Energy Minister Megan Woods says New Zealand has a month's worth of crude oil held offshore, her comments coming as the massive attack on oil fields in Saudi Arabia is expected to bring a sharp increase in petrol prices as early as Tuesday.
Some analysts predict prices at the pump in New Zealand to jump by up to 10 cents a litre, following the weekend drone attack on the world's largest crude oil facility that knocked out more than five per cent of the global supply.
The global crude price surged by 20 per cent today, then dropped slightly.
But Ms Woods told TVNZ1's Q+A the futures price was down to $US58, largely because the US released some of its strategic reserves which has countered "some of the anxieties" the market was feeling earlier in the day.
She said her analysts tell her a dollar rise in a barrel means about a cent at the pump for consumers. That would mean today's rise of $US6 a barrel would mean about six cents at the pump.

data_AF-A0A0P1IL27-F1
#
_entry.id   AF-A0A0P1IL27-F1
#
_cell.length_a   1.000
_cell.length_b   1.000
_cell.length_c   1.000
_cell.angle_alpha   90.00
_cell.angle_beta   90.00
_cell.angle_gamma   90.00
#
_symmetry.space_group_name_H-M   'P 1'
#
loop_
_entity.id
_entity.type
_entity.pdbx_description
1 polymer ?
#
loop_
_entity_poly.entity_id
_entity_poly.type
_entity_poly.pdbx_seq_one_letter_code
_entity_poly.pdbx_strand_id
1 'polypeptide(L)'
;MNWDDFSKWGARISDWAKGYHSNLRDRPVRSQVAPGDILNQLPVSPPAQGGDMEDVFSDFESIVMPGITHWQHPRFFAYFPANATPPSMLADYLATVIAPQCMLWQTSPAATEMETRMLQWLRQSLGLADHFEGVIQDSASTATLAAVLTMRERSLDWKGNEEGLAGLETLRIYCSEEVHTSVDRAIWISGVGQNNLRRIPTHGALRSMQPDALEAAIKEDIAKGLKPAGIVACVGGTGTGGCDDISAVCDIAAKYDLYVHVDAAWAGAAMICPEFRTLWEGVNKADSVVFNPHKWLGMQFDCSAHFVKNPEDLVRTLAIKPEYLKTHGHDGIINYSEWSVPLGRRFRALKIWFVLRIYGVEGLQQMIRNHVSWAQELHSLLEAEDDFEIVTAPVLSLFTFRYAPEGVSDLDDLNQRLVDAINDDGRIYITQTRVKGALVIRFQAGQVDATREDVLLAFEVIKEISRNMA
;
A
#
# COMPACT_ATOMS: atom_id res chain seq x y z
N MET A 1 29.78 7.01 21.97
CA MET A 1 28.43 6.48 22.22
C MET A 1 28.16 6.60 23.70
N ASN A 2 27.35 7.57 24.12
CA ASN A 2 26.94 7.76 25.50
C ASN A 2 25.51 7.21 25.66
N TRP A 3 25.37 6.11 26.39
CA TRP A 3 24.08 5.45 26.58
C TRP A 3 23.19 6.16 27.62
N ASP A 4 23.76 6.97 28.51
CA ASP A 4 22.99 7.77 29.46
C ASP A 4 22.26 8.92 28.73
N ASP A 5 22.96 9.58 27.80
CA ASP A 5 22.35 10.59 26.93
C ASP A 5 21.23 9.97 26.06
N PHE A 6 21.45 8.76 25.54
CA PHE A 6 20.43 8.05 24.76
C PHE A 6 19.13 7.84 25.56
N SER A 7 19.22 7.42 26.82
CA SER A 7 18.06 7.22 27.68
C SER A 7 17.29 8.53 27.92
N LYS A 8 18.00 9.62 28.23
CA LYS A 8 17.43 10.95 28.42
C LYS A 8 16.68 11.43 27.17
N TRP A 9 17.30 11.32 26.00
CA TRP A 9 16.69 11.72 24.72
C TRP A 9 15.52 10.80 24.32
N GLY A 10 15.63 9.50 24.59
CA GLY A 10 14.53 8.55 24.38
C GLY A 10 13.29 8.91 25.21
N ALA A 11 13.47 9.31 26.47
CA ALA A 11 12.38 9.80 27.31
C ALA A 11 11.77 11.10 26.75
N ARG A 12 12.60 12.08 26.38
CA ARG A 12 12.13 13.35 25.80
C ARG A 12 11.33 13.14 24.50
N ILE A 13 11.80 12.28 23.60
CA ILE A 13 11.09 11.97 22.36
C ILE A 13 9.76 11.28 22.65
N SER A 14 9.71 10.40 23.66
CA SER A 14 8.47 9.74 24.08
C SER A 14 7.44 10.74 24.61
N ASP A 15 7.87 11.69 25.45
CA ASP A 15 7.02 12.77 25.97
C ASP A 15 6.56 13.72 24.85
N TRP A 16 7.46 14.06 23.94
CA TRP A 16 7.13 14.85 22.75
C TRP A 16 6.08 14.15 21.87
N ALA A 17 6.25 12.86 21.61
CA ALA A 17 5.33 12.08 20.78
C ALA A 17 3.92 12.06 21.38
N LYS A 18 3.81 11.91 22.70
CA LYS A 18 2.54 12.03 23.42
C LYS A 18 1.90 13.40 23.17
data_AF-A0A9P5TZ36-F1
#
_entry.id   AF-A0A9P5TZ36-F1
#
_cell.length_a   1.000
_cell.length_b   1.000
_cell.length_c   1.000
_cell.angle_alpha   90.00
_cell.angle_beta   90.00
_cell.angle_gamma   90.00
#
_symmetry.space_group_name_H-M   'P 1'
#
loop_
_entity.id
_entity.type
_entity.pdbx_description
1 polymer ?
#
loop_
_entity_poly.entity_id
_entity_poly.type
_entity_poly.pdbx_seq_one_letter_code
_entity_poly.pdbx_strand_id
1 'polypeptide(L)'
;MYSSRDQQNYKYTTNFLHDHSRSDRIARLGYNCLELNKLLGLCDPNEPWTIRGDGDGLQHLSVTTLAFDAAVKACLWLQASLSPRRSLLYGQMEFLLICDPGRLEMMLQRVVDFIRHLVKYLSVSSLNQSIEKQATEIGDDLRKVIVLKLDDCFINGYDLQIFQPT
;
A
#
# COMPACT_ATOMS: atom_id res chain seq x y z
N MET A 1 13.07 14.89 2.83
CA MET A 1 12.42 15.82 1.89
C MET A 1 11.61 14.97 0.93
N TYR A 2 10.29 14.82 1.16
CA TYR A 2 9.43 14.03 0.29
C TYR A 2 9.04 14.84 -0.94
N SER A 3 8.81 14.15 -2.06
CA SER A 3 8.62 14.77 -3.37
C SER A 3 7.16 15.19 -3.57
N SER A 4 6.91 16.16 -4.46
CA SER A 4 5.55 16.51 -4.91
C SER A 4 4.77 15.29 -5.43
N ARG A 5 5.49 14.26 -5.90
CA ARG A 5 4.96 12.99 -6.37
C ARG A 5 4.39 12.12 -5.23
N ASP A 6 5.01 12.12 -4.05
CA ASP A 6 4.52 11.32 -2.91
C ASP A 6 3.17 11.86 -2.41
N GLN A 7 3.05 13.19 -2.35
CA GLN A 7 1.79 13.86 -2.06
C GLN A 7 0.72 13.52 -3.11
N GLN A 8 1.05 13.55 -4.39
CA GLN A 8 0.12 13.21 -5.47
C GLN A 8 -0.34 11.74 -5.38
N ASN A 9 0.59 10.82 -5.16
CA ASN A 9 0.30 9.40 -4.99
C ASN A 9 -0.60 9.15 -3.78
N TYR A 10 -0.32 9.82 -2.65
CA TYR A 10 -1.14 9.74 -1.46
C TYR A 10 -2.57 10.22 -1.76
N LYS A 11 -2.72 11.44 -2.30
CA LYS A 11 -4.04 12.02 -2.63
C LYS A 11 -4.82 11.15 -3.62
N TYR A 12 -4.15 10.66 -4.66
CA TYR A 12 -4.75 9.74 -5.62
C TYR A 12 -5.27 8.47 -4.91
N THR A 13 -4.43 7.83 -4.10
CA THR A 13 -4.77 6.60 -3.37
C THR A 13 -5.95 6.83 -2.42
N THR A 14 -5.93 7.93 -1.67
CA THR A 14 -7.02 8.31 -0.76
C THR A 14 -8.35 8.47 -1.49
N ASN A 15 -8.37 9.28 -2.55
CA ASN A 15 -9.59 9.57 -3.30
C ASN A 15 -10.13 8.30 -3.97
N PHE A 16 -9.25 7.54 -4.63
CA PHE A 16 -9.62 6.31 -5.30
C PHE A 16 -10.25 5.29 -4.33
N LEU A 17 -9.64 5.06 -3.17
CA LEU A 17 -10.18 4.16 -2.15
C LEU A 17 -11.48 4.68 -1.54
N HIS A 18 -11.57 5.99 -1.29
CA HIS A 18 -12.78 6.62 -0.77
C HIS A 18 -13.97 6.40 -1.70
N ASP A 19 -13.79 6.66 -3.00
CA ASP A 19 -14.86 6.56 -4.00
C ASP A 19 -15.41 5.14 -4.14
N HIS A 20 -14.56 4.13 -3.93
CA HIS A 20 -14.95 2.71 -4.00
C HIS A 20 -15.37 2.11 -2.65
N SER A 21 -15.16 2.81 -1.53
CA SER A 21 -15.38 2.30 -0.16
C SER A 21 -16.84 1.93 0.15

But Ms Woods said "we're not even close" to the International Energy Agency starting to release strategic reserves of oil New Zealand holds offshore.
"We've got basically a month's worth of oil, crude, that is held offshore that we can bring in. So it's that forward planning really that we can activate," she said.
"But we'd have to see prices rise by about $US20 a barrel in order for some of those strategic reserves to be released. So we're not close to that."
Ms Woods said it's a case of waiting to see what the Saudi oil minister has to say on Tuesday about the likely timeframe for restoring production.
Meanwhile, the Government appears unlikely to remove the Auckland regional fuel tax if there's a sustained period of significant increases at the pump.
Ms Woods said she got advice on this today and it's not something the Government has done in the past or is considering now.
She said from 2011 to 2015 the price per barrel of crude was between $US100 and $US120, whereas today it's $US60 to $US70.
She said the Government didn't take tax off petrol in the four years from 2011 for good reason - the money is used to pay for roading and transport infrastructure.